Artificial Pancreas Approved by FDA Marks a Global First

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  • Medtronic device measures blood sugar and supplies insulin
  • DexCom, maker of glucose monitors, falls after approval

Medtronic Plc will bring to market the world’s first artificial pancreas, after U.S. regulators cleared the device for diabetics to automatically monitor blood sugar and supply insulin, replicating what a healthy version of the organ does on its own.

The Food and Drug Administration cleared the product, called MiniMed 670G, for patients with Type 1 diabetes who are at least 14 years old. It will let some diabetics turn over part of their daily routine of fingerprick tests and insulin injections to an automatic system. Along with lessening the burden of a condition that requires constant attention, it also offers hope that better blood sugar control at inconvenient times, such as at night, will ultimately improve long-term health.

“This first-of-its-kind technology can provide people with Type 1 diabetes greater freedom to live their lives without having to consistently and manually monitor baseline glucose levels and administer insulin,” Jeffrey Shuren, director of FDA’s Center for Devices and Radiological Health, said in a statement Wednesday.

The FDA approved Medtronic’s product months sooner than investors expected, and without going before a panel of outside advisers that often precedes the introduction of innovative products. In doing so, the agency also moved faster than European regulators, who are often first to clear medical devices.

How It Works

The 670G, which is about the size of a smartphone, wirelessly connects an insulin pump and a glucose monitor. Blood sugar levels are monitored every five minutes by a sensor that reads just under the skin, the FDA said. A computer algorithm then ensures patients have the right amount of insulin, a hormone that’s needed to turn blood sugar into energy. Medtronic expects the device to win approval outside the U.S. next summer.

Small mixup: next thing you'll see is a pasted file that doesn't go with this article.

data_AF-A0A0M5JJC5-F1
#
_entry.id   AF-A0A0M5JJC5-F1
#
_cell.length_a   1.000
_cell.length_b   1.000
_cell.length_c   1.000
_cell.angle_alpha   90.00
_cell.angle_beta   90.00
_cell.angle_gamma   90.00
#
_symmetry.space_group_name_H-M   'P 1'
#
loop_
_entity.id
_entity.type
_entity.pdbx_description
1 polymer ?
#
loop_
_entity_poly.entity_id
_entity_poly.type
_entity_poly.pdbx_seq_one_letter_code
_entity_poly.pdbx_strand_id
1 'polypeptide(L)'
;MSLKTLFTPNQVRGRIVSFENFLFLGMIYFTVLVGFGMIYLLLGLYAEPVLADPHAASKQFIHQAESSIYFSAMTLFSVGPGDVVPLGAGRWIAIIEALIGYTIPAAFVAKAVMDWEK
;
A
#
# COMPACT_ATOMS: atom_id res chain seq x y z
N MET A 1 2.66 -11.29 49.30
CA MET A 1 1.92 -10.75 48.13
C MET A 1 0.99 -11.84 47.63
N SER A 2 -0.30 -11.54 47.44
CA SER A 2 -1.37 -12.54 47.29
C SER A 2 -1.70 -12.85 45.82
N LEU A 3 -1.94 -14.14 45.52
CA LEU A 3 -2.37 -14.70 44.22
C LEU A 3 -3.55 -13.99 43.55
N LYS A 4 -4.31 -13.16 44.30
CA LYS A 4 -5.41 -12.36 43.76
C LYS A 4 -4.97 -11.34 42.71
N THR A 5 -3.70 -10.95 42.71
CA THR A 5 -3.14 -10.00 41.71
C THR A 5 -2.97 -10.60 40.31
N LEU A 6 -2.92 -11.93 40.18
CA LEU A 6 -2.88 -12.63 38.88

The agency’s decision sent shares of rival DexCom Inc. down 4.1 percent to $89.84 at the close in New York, the biggest one-day decline since February. DexCom makes continuous glucose monitoring systems used by diabetics, which could be displaced by Medtronic’s device.

Medtronic said it wouldn’t be ready to introduce the MiniMed 670G until the spring of 2017. Its shares were little changed at $86.73.

Type 1 Diabetes

About 1.25 million people in the U.S. have Type 1 diabetes, where the pancreas fails to produce any insulin, according to the Juvenile Diabetes Research Foundation. The condition typically presents in childhood and patients walk a fine line, since too much or too little insulin can be life-threatening. Lax blood sugar control can lead to a host of additional health problems, including heart disease, stroke, kidney and nerve damage and blindness. Type 2, which is more common, is tied to obesity and typically develops gradually.

Medtronic’s device takes on the responsibilities of the human pancreas, which is tasked by the body with producing insulin in precise quantities. While Medtronic previously released a system that could shut off if glucose levels fell too low, it didn’t automatically deliver the hormone when blood sugar climbed.

It works without limited human involvement with the exception of mealtime, when patients need to manually control the dose of insulin before eating. Patients also need to periodically calibrate the system. The FDA is requiring Dublin-based Medtronic to conduct additional studies on how the system will perform in routine daily life. It carries risks including blood sugar levels that fall too low or rise too high, as well as skin irritation around the infusion patch.

The 670G was approved based on a study involving 123 patients who safely used the device for three months. It’s specifically designated as unsafe for children age 6 and younger, though Medtronic is testing the system in patients aged seven to 13.